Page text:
God is with us…whether we are on a foreign battlefield, or facing the challenges of everyday life here at home.

I find comfort in the words of the Psalm appointed for today…Psalm 46…and I find that it is a fitting prayer for this Memorial Day Weekend.

God is our refuge and strength, a very present help in trouble.

Therefore we will not fear, though the earth be moved, and though the mountains be toppled into the depths of the sea;

Though its waters rage and foam, and though the mountains tremble at its tumult.

The Lord of hosts is with us; the God of Jacob is our stronghold. 

There is a river whose streams make glad the city of God, the holy habitation of the Most High.

God is in the midst of her; she shall not be overthrown; God shall help her at the break of day.

The nations make much ado, and the kingdoms are shaken; God has spoken, and the earth shall melt away.

The Lord of hosts is with us; the God of Jacob is our stronghold.

Come now and look upon the works of the Lord, what awesome things he has done on earth.

It is he who makes war to cease in all the world; he breaks the bow, and shatters the spear, and burns the shields with fire. 

Be still, then, and know that I am God; I will be exalted among the nations; I will be exalted in the earth.

The Lord of hosts is with us; the God of Jacob is our stronghold.

This weekend, as we honor those who sacrificed their lives so that we may live in freedom, let us rest in the assurance that God remains our refuge and our strength, a very present help in times of trouble…this day, and forever more.  Amen.

Standard

Down to the Last Boxes

After months of moving and downsizing, our rented storage space is now empty and we have brought the last of our boxes, pictures etc. to our new condo.  We committed to having this done by the end of April, so we are way ahead of schedule.  But it doesn’t make it any easier to make the final cuts.

One thing that helps us is that we now realize how little we miss the things we shed over the past few months.  We are happy that our children took some of our “family treasures” which they now have in their own homes.  We also passed along things to Goodwill, our Good Shepherd Church’s Little Thrift Shop and Furniture Thrift Shop, and have found some good homes for countless other possessions that needed to be passed along.

It does feel very freeing to have “let go” of so many items that held lots of memories for us.  We still have the memories thanks to photos and videos of people, places and things that brought us joy.

Our spring cleaning is already done, so now we can enjoy all that free time we will have now that the move is behind us.  We are so looking forward to emptying those last boxes for then we will finally be settled.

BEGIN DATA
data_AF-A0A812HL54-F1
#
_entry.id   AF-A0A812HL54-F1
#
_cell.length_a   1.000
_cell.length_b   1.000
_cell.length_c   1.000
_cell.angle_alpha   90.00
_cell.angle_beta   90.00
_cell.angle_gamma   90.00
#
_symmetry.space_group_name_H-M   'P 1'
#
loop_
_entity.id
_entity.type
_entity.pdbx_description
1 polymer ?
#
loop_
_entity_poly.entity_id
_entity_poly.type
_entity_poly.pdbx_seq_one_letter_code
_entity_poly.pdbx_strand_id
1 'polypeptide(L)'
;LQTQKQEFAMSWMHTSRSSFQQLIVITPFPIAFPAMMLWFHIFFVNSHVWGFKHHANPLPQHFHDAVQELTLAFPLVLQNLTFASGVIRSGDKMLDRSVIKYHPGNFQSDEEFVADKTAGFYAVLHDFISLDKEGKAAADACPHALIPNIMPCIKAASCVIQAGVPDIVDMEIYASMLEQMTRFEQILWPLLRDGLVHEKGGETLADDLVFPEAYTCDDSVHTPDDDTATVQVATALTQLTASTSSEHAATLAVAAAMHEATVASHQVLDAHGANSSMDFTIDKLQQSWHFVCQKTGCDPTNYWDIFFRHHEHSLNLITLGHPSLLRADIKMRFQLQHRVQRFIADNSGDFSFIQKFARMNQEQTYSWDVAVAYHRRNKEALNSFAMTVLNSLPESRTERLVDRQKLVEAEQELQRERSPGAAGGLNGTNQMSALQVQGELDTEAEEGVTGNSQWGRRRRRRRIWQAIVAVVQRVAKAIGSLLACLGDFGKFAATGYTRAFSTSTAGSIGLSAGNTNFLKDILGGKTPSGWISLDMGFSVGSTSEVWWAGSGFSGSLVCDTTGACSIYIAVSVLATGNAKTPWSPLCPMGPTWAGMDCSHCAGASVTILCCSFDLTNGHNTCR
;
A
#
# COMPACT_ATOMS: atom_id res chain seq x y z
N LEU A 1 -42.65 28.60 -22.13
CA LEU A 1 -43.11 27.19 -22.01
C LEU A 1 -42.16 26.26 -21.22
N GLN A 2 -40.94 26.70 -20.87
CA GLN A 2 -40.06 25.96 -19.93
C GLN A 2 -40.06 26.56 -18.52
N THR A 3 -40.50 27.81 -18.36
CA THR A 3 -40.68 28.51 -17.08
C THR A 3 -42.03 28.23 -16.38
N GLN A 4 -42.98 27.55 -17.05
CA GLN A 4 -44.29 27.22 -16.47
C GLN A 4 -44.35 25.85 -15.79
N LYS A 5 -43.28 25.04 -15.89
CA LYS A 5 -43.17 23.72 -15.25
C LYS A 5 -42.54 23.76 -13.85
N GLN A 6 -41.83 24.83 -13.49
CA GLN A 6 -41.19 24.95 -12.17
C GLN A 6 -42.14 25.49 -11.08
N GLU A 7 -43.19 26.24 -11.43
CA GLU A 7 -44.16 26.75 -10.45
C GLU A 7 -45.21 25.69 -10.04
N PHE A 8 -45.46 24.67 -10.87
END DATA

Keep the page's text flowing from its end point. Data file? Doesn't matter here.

What are your hopes and dreams for this spring!?!

Standard

Happy New Year🎉🎉🎉

Last August my world started to shift. I had said “yes” to spending five weeks at Good Shepherd, Dunedin. This meant living in the rectory…being “beach priest in residence”…which included preaching and celebrating at the Sunday services and being a pastoral presence in the parish.

While there, my husband and I began to explore the possibility of “moving back” to Dunedin. I had served as Associate Rector at Good Shepherd from 1994-98, and loved the ministry, the people, and the wider community.

On our 54th Anniversary, we had dinner at Bon Appetit right on the Dunedin Marina. We talked about what it would be like to live down the block at Edgewater Arms, right across the street from Good Shepherd.

We found ourselves contacting a parishioner who is a successful real estate agent. That week we looked at available condos in the area, and soon we signed a contract to purchase our favorite choice. It was “executed.” And that was the turning point. We were moving to Dunedin.

That was the easy part. Then we had to get our house in Wesley Chapel ready to stage and put on the market. Since our house was twice the square footage as our condo, that would also mean downsizing in earnest. That’s when the hard work began.

We made many trips to Goodwill and the Land O’Lakes Library and to Good Shepherd’s Little Thrift Shop as we parted with our treasures. We also sold a few items and gave some furniture to a local family who had just arrived from South America to start a new life.

We also filled a U-Haul with family heirlooms and treasures that our Son-in-law and Grandson then drove up to Delaware and New Jersey to disburse to our three daughters and their families.

The good news is that we soon had buyers. The bad news is that Buyer #1 fell through, and within weeks so did Buyer #2. It was hard not to be discouraged.

But Thanksgiving week we put our house back on the market yet again, and by week end we had two solid buyers submitting contracts. Hooray!

Fast forward to December. We physically moved to our new condo and closed on our house the week before Christmas. Yahoo!

So now that the move is behind us, we can begin the next chapter of our lives. For me, that includes getting back to writing and blogging. What a great way to begin a new year!

Who knows what 2019 will bring. Just stay open to being surprised.

Standard

Summer Sabbatical

This summer has been a time of transition and transformation for me. I feel like things are shifting. Not sure where all this is leading, but I pray that all will become clear soon. In the meantime, I ponder the ebb and flow of life…and will continue to enjoy the beauty of nature and the call of the Sea. Blessings, M+

Standard

It’s June!

Hard to believe that it is June already. I have been procrastinating about blogging. Am I ready to recommit to writing a blog on a regular basis again? Not sure.

There are so many things that I could write about, but I want to be positive. At the moment, I am so discouraged by the political headlines that remind me of the direction that our country is taking on so many issues.

Where to begin? I will start here. I am encouraged by the young high school students who want to make a positive impact on our country.

My heart goes out to the Parkland students who are working to end gun violence in our schools. They are embracing leadership when so many adults just sit on the sidelines.

Last night at my granddaughter’s high school graduation, students were encouraged to continue learning new skills for the future as well as serving our communities and our country with their knowledge and innovative initiatives.

The world is a brighter place because our high school students are unafraid to speak up and take on leadership roles. We need to follow their example.

Standard